Red Lights Flashing for Republicans Before MidtermsBy
History, demographics and the national mood are pointing to one conclusion about this year’s U.S. midterm congressional races, Greg Giroux reports: Democrats are well-positioned to bring one-party government in Washington to a screeching halt.
Signs abound that Donald Trump’s fellow Republicans may lose control of the House, giving Democrats more influence than they’ve enjoyed since they lost the White House a year ago.
That would thwart Trump’s ability to impose his agenda, and his administration almost certainly will be pinned down by congressional investigations as well as Special Counsel Robert Mueller’s probe into possible ties between Trump’s campaign and Russia. Reacting to a report Trump almost fired Mueller in June, Republican Senator Lindsey Graham said such a move would “end” his presidency.
Since the end of World War II, the party in control of the White House has averaged a net loss of 26 House seats in midterms. The Democrats need to flip just 24 to win a majority in November. Two seats would do for the Senate, but that’s viewed as less likely.
With Trump’s 38 percent approval rating lower than any of his predecessors at this stage of the presidency going back to Harry Truman, according to Gallup polling data, Republicans have reason to worry.
Trump’s moment | The president’s State of the Union address tomorrow will be one of his last, best chances to win over more of the American public to his nationalist agenda ahead of the midterms. White House officials say he’ll dial back his signature combative posture and instead frame his policy proposals — from immigration to infrastructure — as areas where Democrats and Republicans can work together.
May troubles | Theresa May appeared in trouble yet again with the so-called Brexiteers over her finance chief's suggestion the U.K.’s separation from the European Union would result in only “very modest” changes. But in a key intervention, Trade Secretary Liam Fox, an ardent Brexit cheerleader, told Bloomberg it would be “foolish” to destabilize her now. It’s hard to predict — given the febrile nature of British politics right now — if May is about to face a leadership challenge, but Fox’s words hint she might just be able to limp on.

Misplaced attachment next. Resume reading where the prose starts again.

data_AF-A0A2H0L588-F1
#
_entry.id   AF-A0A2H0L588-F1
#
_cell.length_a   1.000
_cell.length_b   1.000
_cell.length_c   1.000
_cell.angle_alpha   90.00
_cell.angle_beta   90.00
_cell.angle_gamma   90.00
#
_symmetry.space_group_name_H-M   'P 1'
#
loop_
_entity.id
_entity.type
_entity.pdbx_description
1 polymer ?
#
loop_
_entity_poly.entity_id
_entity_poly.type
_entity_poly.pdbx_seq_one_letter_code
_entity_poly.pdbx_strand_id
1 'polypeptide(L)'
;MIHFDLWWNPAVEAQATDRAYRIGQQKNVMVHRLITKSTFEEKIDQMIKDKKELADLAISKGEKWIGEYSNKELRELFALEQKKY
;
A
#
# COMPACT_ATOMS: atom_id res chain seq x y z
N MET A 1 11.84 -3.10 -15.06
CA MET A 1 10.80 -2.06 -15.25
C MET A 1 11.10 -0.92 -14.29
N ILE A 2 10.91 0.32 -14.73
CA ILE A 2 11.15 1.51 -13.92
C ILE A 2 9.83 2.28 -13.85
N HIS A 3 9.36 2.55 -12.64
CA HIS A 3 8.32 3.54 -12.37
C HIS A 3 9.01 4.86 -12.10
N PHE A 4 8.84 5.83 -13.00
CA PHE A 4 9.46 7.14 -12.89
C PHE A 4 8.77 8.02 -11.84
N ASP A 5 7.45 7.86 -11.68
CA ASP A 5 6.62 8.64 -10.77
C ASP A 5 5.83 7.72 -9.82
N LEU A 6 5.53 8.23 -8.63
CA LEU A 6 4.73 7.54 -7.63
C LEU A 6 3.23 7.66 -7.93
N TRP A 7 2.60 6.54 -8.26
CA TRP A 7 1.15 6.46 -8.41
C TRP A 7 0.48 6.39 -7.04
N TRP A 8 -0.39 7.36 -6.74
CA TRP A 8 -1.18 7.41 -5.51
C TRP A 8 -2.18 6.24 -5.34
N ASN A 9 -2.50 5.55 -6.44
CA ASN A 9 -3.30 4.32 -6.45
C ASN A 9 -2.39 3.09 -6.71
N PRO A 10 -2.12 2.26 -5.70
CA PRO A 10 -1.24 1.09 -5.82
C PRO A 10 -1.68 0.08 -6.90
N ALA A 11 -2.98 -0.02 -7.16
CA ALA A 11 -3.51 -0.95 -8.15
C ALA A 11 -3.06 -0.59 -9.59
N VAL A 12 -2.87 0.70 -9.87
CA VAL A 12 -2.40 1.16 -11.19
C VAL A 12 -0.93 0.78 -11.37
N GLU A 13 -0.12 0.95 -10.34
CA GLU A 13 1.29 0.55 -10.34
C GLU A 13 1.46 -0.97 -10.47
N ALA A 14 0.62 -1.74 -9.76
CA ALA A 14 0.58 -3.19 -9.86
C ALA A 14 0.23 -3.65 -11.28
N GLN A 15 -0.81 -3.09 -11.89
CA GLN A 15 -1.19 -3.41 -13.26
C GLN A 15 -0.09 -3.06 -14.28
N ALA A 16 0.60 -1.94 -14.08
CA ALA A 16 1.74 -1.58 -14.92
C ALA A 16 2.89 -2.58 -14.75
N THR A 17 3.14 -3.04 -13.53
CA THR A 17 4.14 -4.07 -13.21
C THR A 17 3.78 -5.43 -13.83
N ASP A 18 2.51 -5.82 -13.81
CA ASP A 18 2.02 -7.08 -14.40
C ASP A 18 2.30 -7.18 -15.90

Putin’s EU allies victorious | The presidents of the Czech Republic and Finland, both advocates of stronger ties with Russian leader Vladimir Putin, won second terms in weekend elections. Finnish incumbent Sauli Niinisto has balanced links with Russia alongside commitments to the European Union. But his Czech counterpart, Milos Zeman, has thrown his support behind an anti-establishment party that’s pushing for a Brexit-style vote to quit the bloc.
China’s expanding belt | President Xi Jinping’s signature Belt and Road Initiative has become truly global with the addition of Latin America and the Arctic. Only the U.S., Canada and Japan are still resisting China’s plan to enhance infrastructure along global trade routes. China is working on winning over Japan, agreeing this weekend to attend a trilateral summit in Tokyo that will also include South Korea — the first such gathering since 2015.
Saudi guessing game | Saudi billionaire Prince Alwaleed bin Talal reached a settlement with authorities and returned home on Saturday after spending more than two months in detention at the Ritz Carlton in Riyadh. To read more about why the corruption clampdown has everyone guessing what’s next, risking investments into the kingdom, click here. And see this report by Vivian Nereim and Sarah Algethami on why some Saudi millennials aren’t dancing to the tune of the powerful Crown Prince who led the probe.
And finally... Three days after the hacking of Japanese cryptocurrency exchange Coincheck, the theft of nearly $500 million in digital tokens is still reverberating through markets and policy circles around the world. It’s unclear how the perpetrators pulled off the heist, and Japan’s financial watchdog has ordered the company to submit a report on the root causes of the debacle. The question now is whether Japan goes as far as South Korean regulators, who are debating whether to ban exchanges outright.
— With assistance by Michael Winfrey, and Andy Sharp